• Obtaining Informed Consent in an Egyptian Research Study

      Rashad, A.M.; MacVane Phipps, Fiona E.; Haith-Cooper, Melanie (2004)
      This article explores the concept of internationally acceptable codes of ethics within the context of an Egyptian nurse’s PhD studies. Theoretical work, including gaining ethical approval for the project, took place in the UK, while the data collection phase of the study was done in Egypt. This highlighted areas where the Arab Muslim interpretation of some ethical principles, especially around the issue of gaining informed consent, differed from that currently accepted in British research ethics. The authors argue that it may not be possible, or even desirable, to standardize codes of ethics globally in areas such as academic research. Ethical principles develop from a unique mix of culture and religion. It may be more important to develop cultural competence that includes the ability to understand and respect the way in which ethical principles are interpreted by various societies.
    • Occupational competence strategies in old age: a mixed-methods comparison between hispanic women with different levels of daily participation

      Orellano-Colon, E.M.; Mountain, Gail; Varas, N.; Labault, N. (2014-01)
      In this pilot study, we explored the difference in the use of occupational competence strategies for daily participation between more active and less active older Hispanic women. Twenty-nine women who were 70 and older and lived alone participated in this study. We used a mixed-methods design by which the principal investigator administered a tool to measure participation restrictions during the quantitative phase and conducted in-depth interviews with a subsample in the qualitative phase. More active women predominantly used transportation resources, emotional social support, and spirituality to support participation in life activities. Less active women used more practical social support, assistive technology, and environmental modifications. Personal facilitators seemed to directly modify these strategies. These results suggest that older women with different activity levels use distinct internal and external resources to maintain or enhance daily participation. Future studies should explore whether these resources remain consistent across gender, living status, and ethnicity.
    • Older Adults’ Uptake and Adherence to Exercise Classes: Instructors’ Perspectives.

      Hawley-Hague, H.; Horne, Maria; Skelton, D.A.; Todd, C. (2016)
      Exercise classes provide a range of benefits for older adults, but adherence levels are poor. We know little of instructors’ experiences of delivering exercise classes to older adults. Semi-structured interviews, informed by the Theory of Planned Behaviour (TPB), were conducted with instructors (n=19) delivering multi-component exercise classes to establish their perspectives on older adults’ uptake and adherence to exercise classes. Analysis revealed ‘barriers’ related to identity, choice/control, cost, venue and ‘solutions’ including providing choice, relating exercise to identity, a personal touch and social support. ‘Barriers’ to adherence included unrealistic expectations and social influences and ‘solutions’ identified were encouraging commitment, creating social cohesion and an emphasis on achieving outcomes. Older adults’ attitudes were an underlying theme, which related to all barriers and solutions. The instructor plays an important, but not isolated, role in older adults’ uptake and adherence to classes. Instructors’ perspectives help us to further understand how we can design successful exercise classes.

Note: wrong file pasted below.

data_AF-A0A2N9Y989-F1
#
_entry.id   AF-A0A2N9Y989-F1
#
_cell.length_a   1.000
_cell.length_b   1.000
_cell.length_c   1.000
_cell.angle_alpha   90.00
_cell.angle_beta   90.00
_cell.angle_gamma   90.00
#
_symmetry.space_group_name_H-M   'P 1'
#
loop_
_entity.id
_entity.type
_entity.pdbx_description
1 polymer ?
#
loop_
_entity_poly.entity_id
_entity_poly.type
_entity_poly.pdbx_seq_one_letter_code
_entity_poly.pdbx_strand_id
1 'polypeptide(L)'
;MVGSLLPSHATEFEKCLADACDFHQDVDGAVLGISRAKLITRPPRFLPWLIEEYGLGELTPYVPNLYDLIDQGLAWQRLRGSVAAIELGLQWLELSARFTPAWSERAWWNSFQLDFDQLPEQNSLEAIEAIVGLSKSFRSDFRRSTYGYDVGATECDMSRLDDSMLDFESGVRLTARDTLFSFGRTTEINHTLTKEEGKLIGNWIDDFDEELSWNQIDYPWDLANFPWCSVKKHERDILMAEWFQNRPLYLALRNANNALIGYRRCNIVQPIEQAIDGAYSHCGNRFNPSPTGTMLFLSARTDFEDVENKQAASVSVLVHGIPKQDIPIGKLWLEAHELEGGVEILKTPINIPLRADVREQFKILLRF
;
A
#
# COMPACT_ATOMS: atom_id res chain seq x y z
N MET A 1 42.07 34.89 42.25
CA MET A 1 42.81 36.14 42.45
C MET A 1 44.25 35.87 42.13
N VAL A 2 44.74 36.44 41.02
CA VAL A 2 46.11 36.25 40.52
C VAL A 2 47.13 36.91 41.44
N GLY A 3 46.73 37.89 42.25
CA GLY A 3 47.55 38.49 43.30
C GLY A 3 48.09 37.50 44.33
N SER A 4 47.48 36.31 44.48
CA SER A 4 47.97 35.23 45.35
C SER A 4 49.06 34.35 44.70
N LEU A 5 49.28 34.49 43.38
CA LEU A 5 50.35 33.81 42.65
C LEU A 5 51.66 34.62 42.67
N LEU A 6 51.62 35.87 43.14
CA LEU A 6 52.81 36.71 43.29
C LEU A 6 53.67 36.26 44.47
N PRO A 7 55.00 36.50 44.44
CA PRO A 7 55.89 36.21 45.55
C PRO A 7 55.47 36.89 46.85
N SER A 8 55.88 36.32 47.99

• Older people's care experience in community and general hospitals: a comparative study

      Green, J.R.; Forster, A.; Young, J.; Small, Neil A.; Spink, Joanna (2008)
      Community hospitals are an important component of the post-acute care pathway for older people. The objective of this study was to describe and contrast patients' and carers' experiences of community and general hospitals. Interviews with patients and carers revealed similarities in the perceptions of care between the two settings. These included appreciation of staff sensitivity, a sense of security, encouragement of independence and lack of activity. The community hospital was appreciated for its location, atmosphere, accommodation, greater sense of freedom, quality of food and staff attitudes. UK health policy promotes the development of community hospitals. This should be progressed in a way that retains key strengths of the specific service they offer.
    • Older people's views of a good death in heart failure: implications for palliative care provision

      Gott, M.; Small, Neil A.; Barnes, S.; Payne, S.; Seamark, D. (2008)